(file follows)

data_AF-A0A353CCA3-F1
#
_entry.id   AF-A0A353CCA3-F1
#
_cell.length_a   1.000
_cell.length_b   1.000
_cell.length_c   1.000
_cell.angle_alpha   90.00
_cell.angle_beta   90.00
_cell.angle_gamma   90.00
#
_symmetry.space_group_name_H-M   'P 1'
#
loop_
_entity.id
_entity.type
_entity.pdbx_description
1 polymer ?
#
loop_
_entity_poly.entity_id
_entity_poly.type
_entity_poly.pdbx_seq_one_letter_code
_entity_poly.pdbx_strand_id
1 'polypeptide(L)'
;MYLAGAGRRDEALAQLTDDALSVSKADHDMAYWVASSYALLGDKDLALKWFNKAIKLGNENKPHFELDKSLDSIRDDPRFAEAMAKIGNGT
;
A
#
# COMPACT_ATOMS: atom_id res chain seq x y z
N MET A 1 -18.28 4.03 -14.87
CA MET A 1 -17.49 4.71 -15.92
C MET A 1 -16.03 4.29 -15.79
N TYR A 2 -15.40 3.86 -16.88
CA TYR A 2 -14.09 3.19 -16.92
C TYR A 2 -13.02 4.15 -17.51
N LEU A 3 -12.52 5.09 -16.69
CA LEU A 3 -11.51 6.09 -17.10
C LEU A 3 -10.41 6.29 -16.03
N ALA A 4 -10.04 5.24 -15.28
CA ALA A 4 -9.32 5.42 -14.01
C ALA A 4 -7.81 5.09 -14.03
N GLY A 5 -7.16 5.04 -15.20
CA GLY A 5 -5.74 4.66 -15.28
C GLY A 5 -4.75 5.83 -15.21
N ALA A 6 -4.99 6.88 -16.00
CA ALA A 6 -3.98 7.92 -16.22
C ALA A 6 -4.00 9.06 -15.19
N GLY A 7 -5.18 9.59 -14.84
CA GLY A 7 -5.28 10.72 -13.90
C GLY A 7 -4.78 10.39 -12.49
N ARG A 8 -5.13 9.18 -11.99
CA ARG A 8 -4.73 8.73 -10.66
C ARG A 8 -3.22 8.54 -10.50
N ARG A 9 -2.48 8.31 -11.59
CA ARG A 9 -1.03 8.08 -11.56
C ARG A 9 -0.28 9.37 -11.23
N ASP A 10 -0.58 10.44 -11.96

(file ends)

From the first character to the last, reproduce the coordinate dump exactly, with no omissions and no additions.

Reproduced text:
data_AF-A0A353CCA3-F1
#
_entry.id   AF-A0A353CCA3-F1
#
_cell.length_a   1.000
_cell.length_b   1.000
_cell.length_c   1.000
_cell.angle_alpha   90.00
_cell.angle_beta   90.00
_cell.angle_gamma   90.00
#
_symmetry.space_group_name_H-M   'P 1'
#
loop_
_entity.id
_entity.type
_entity.pdbx_description
1 polymer ?
#
loop_
_entity_poly.entity_id
_entity_poly.type
_entity_poly.pdbx_seq_one_letter_code
_entity_poly.pdbx_strand_id
1 'polypeptide(L)'
;MYLAGAGRRDEALAQLTDDALSVSKADHDMAYWVASSYALLGDKDLALKWFNKAIKLGNENKPHFELDKSLDSIRDDPRFAEAMAKIGNGT
;
A
#
# COMPACT_ATOMS: atom_id res chain seq x y z
N MET A 1 -18.28 4.03 -14.87
CA MET A 1 -17.49 4.71 -15.92
C MET A 1 -16.03 4.29 -15.79
N TYR A 2 -15.40 3.86 -16.88
CA TYR A 2 -14.09 3.19 -16.92
C TYR A 2 -13.02 4.15 -17.51
N LEU A 3 -12.52 5.09 -16.69
CA LEU A 3 -11.51 6.09 -17.10
C LEU A 3 -10.41 6.29 -16.03
N ALA A 4 -10.04 5.24 -15.28
CA ALA A 4 -9.32 5.42 -14.01
C ALA A 4 -7.81 5.09 -14.03
N GLY A 5 -7.16 5.04 -15.20
CA GLY A 5 -5.74 4.66 -15.28
C GLY A 5 -4.75 5.83 -15.21
N ALA A 6 -4.99 6.88 -16.00
CA ALA A 6 -3.98 7.92 -16.22
C ALA A 6 -4.00 9.06 -15.19
N GLY A 7 -5.18 9.59 -14.84
CA GLY A 7 -5.28 10.72 -13.90
C GLY A 7 -4.78 10.39 -12.49
N ARG A 8 -5.13 9.18 -11.99
CA ARG A 8 -4.73 8.73 -10.66
C ARG A 8 -3.22 8.54 -10.50
N ARG A 9 -2.48 8.31 -11.59
CA ARG A 9 -1.03 8.08 -11.56
C ARG A 9 -0.28 9.37 -11.23
N ASP A 10 -0.58 10.44 -11.96